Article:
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In Brazilian Portuguese, we use the following expression:

Fio do bigode (mustache wire/thread or mustache hair)

Here's what I found after researching:

It consisted of a man giving as a warranty, for his word, a thread of his beard, usually removed from his mustache. Of controversial origin, mustache may have come from the old German expression pronounced in the oaths: "bi Gott", or "by God"

Example:

O contrato entre as duas partes foi firmado pelo fio do bigode.

Which Google Translate readily translates to:

The contract between the two parties was signed by the mustache.

The above expression means that both parties agreed to something without actually signing a written contract or equivalent. Basically, both parties trusted each other by the other's history/legacy/references/appearance/influence/promises or anything that might have transmitted confidence.

What would be an equivalent English expression?

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  • 1
    "By the hair of my chinny chin chin." (from one of the Three Little Pigs)
    – Greg Lee
    Aug 26 '19 at 18:05
  • answers so far find no equivalent ... passing something personal to seal the deal.
    – lbf
    Aug 26 '19 at 18:54
  • Does this only exist in Brazilian Portuguese or does it exist in original Portuguese? If it only exists in the Brazilian dialect I wonder whether it's origins might be in pre-Columbian culture.
    – BoldBen
    Aug 27 '19 at 3:30
  • @BoldBen I don't know. Aug 27 '19 at 13:34
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A possible expression is a gentleman's agreement:

[Merriam-Webster]
variants: or gentlemen's agreement
: an agreement secured only by the honor of the participants
// That also ties into recent speculation that Chelsea have a gentleman's agreement not to pursue Napoli players.
SI.com, "Chelsea Submit 'Important Offer' for Juventus Defender as Summer Business Finally Gets Going," 22 June 2018


These are sometimes legally enforceable, and sometimes not. It depends on the context.

In the age of knighthood and chivalry (at least according to its reputation in media and popular culture), honour was a much more significant commodity than it seems to be today. Assuming that was actually the case, then saying on my honour, especially where witnesses were involved, would have been almost as good as actually signing something.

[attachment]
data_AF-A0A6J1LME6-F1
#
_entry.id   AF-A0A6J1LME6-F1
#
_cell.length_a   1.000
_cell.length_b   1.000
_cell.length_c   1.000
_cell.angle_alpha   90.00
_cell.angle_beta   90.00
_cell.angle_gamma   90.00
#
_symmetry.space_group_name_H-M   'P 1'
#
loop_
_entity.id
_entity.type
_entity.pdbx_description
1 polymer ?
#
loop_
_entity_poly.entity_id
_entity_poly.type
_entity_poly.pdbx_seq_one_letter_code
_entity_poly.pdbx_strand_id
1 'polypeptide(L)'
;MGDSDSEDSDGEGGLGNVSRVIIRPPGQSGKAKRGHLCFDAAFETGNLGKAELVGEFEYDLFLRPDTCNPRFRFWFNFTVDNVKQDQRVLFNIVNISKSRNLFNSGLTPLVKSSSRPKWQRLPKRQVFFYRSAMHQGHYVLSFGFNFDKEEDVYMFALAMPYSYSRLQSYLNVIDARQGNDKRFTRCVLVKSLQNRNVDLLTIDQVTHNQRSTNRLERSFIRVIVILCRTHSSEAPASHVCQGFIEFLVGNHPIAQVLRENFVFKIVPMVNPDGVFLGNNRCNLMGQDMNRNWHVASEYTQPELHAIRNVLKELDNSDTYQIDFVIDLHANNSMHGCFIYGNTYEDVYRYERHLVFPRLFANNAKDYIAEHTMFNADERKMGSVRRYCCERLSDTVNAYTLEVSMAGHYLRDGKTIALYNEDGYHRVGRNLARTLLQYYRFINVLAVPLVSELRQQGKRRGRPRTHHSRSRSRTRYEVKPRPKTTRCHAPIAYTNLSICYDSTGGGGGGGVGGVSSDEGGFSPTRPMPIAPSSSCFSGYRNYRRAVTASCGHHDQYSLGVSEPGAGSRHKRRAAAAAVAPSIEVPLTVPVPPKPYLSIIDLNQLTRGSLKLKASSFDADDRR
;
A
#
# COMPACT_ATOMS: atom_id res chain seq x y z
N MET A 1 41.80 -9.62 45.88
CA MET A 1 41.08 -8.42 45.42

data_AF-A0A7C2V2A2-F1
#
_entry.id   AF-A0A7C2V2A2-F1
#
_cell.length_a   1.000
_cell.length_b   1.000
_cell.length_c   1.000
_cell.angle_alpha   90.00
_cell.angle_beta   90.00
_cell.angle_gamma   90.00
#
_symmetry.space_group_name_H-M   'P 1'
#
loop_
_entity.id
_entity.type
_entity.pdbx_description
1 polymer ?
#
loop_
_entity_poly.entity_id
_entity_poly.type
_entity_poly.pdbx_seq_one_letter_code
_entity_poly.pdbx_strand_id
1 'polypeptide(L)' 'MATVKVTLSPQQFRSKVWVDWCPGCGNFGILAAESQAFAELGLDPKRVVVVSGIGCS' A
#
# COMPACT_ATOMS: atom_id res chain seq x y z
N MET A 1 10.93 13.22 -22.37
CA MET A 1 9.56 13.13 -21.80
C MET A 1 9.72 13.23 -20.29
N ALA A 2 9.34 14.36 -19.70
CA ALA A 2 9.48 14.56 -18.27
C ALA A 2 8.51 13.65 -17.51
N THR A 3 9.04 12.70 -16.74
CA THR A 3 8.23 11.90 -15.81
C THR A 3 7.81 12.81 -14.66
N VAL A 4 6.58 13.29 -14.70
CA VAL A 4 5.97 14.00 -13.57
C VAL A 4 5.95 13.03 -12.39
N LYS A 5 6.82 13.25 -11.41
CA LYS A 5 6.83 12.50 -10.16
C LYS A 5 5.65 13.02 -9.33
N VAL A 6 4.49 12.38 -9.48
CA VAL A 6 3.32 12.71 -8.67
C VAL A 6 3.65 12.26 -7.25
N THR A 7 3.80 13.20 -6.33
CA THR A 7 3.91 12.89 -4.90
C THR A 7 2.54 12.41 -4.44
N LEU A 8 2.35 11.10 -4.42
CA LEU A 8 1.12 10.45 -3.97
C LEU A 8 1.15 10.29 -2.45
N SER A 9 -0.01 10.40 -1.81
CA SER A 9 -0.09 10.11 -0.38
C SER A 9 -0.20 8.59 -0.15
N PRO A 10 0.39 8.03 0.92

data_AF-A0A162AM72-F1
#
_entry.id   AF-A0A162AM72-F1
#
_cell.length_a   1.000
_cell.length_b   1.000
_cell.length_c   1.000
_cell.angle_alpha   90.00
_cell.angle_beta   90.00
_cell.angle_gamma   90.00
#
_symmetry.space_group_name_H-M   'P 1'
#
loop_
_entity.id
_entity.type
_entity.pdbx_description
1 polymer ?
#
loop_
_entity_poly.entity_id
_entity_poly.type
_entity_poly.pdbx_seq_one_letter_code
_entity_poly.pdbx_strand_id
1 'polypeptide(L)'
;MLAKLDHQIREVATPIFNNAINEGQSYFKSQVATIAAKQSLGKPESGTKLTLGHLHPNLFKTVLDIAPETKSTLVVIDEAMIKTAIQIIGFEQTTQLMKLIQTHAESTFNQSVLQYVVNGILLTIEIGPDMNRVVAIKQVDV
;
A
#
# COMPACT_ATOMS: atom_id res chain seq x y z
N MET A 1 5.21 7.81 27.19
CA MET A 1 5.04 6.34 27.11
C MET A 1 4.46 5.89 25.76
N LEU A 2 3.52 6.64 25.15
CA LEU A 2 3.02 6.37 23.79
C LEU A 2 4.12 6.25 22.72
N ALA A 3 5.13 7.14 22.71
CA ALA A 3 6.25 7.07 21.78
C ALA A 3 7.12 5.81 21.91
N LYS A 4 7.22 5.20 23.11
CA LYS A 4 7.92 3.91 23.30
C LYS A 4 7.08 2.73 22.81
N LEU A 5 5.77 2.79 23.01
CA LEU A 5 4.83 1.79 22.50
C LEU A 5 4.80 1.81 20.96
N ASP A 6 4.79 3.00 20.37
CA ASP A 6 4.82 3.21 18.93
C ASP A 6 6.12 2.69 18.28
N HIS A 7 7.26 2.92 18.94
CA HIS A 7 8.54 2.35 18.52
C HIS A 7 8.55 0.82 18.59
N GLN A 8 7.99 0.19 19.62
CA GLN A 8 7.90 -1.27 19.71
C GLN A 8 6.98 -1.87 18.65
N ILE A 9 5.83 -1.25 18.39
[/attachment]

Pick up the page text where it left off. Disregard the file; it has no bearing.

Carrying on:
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  • Considering the definition of "an agreement secured only by the honor of the participants", your answer seems to be the most spot-on so far to me. I will accept it. Aug 27 '19 at 13:31
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In the English-speaking world, we don't typically make deals by exchanging mustache hairs, but we do make deals with handshakes.

An equivalent expression could be a handshake deal/agreement.

A handshake agreement is an agreement to do something based only on good faith, which cannot be legally enforced. Two partners might make a handshake agreement in which they both promise to work hard on a joint project. These types of agreements can significantly improve behavior in some settings.

Knowledge @ Warton High School

A handshake deal is a verbal commitment to a transaction. The actual transaction comes later, when documents are signed and money changes hands.

Y Combinator

A more formal term of roughly the same meaning would be an oral contract.

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There are several phrases in English that might cover this:

A handshake deal or oral contract is one that is agreed to without a written instrument; under certain circumstances, U.S. courts have held them to be as binding as written contracts.

To say that one’s word is one’s bond (definition from Cambridge) (definition from Merriam-Webster) is a somewhat dated expression that says that a person will always keep a promise once made.

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